Drought tolerant corn hybrids

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Several major seed companies have recently introduced corn hybrids that specifically target enhanced drought tolerance. Optimum AQUAmax hybrids from DuPont Pioneer and Agrisure Artesian hybrids from Syngenta were commercially available last year. In 2013, Monsanto is conducting a “stewarded” commercial introduction of Genuity DroughtGard hybrids in several Western Corn Belt states.

Most seed companies generally provide drought tolerance ratings for the hybrids they market (e.g. 1= poor; 9= excellent) but the recently introduced AQUAmax, Artesian and DroughtGard hybrids represent an effort to develop hybrids with traits affecting response to water stress. DuPont Pioneer and Syngenta drought tolerant hybrids involve native traits and those from Monsanto involve a transgenic trait. The companies marketing these hybrids emphasize that the enhanced drought tolerance associated with these hybrids is not associated with “yield drag”.

The hybrids are primarily targeted for use in the Western Corn Belt especially in areas where corn growers are looking for ways to reduce irrigation and conserve water supplied by aquifers. Nevertheless AQUAmax and Artesian hybrids adapted to Eastern Corn Belt conditions are available and Ohio growers had an opportunity to assess the performance of these hybrids during the 2013 drought.

Unlike Bt insect or herbicide resistant traits which involve single gene qualitative traits, drought tolerance is more complex and involves many genes. Some of the physiological traits associated with improved drought tolerance include a short anthesis silking interval (ASI, the time between the onset of pollen shed and silk emergence), delayed leaf rolling and senescence (leaf greenness), reduced barren and nubbin ears, better ear fill (greater kernel set and reduced abortion under stress), improved root development and architecture and photosynthetic/transpiration rates under stress.

A corn crop may be subjected to different types of drought stress - droughts may be protracted and  season long in duration, or they may be limited to one or more developmental stages ( early to late vegetative growth, early and late grain fill). High temperatures in conjunction with drought during one or more of these stages can magnify the impact of stress. Hybrids may react differently to the varied types of drought stresses. Moreover drought tolerance may be strongly influenced by management practices. Greater corn plant populations promote more stressful conditions, and delayed and late planting dates often result in drier and hotter weather during critical development stages (i.e., flowering, grain fill).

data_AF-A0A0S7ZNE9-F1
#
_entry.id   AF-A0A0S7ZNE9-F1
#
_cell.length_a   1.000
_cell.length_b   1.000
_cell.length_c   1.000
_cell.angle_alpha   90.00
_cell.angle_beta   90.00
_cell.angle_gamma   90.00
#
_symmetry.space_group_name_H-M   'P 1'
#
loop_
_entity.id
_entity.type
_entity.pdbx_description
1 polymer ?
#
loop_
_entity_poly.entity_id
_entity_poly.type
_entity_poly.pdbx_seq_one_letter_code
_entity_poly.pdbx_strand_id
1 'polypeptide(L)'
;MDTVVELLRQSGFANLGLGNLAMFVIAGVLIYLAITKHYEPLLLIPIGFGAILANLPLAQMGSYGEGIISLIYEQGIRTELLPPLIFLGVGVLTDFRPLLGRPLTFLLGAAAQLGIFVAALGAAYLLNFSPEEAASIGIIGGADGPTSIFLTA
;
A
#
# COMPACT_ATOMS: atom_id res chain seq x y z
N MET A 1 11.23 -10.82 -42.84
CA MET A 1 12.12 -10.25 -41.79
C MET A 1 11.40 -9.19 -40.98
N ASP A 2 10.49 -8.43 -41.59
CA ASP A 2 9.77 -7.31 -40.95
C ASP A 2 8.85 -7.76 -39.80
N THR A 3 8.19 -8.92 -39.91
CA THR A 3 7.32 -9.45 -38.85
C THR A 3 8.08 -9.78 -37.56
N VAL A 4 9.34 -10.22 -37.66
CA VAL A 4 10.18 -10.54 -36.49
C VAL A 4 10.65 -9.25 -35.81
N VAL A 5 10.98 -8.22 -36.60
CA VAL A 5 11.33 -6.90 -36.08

In 2012 we initiated a study to determine if drought tolerant AQUAmax and conventional (non-AQUAmax hybrids) differ in their response to plant population and planting date.   Various physiological traits associated with drought tolerance were also evaluated. 2012 was the warmest year on record in Ohio and the summer one of hottest and driest. However the impact of drought and heat varied considerably across the state. These conditions provided us with an opportunity to assess the response of the new drought tolerant hybrids to varying levels of stress.

The study compared four hybrids (two drought susceptible and two drought-tolerant AQUAmax hybrids) at five plant populations (24,000, 30,000, 36,000, 42,000 and 50,000 plants/A) at two planting dates (early May vs. early June). The susceptible and tolerant hybrids were characterized by drought tolerance ratings of 7 and 9, respectively, on a scale of 1-9 where 1 is poor and 9 is excellent. The study was conducted at three OSU-OARDC research stations in southwest, northwest, and northeast Ohio.

Preliminary results indicated that the grain yield of each hybrid had a similar response to plant population at each site but differed due to planting date at each location. At the NW Ohio location for the early planting date (May 3), which was subjected to the greatest drought stress, the drought tolerant hybrids out yielded the drought susceptible hybrids by 8 to 10 bu/A (about 5% averaged across plant populations). At the other locations, where drought stress was limited or absent, the drought tolerant hybrids generally yielded more or about the same as the drought susceptible hybrids.

Drought stress can delay silking and increase ASI. This “asynchronous” flowering can result in poor kernel set and inn extreme situations barren plants. In the 2012 study, measurements of flowering synchrony at the NW Ohio location for the May 3 planting date indicated that the anthesis silking interval was 1 to 3 days greater for the drought susceptible hybrids than the drought tolerant hybrids but no consistent effect of plant population on flowering synchrony was evident. On the later planting date (June 7), no difference in flowering synchrony between hybrids was present but ASI increased as plant population increased.

The preliminary results suggest that under the water stress conditions of the type experienced at the NW Ohio location in 2012, drought tolerant hybrids offered a yield advantage over drought susceptible hybrids (w/ lower drought ratings). Under more favorable conditions, the drought tolerant hybrids showed yields that were similar or slightly higher those of the drought susceptible hybrids.

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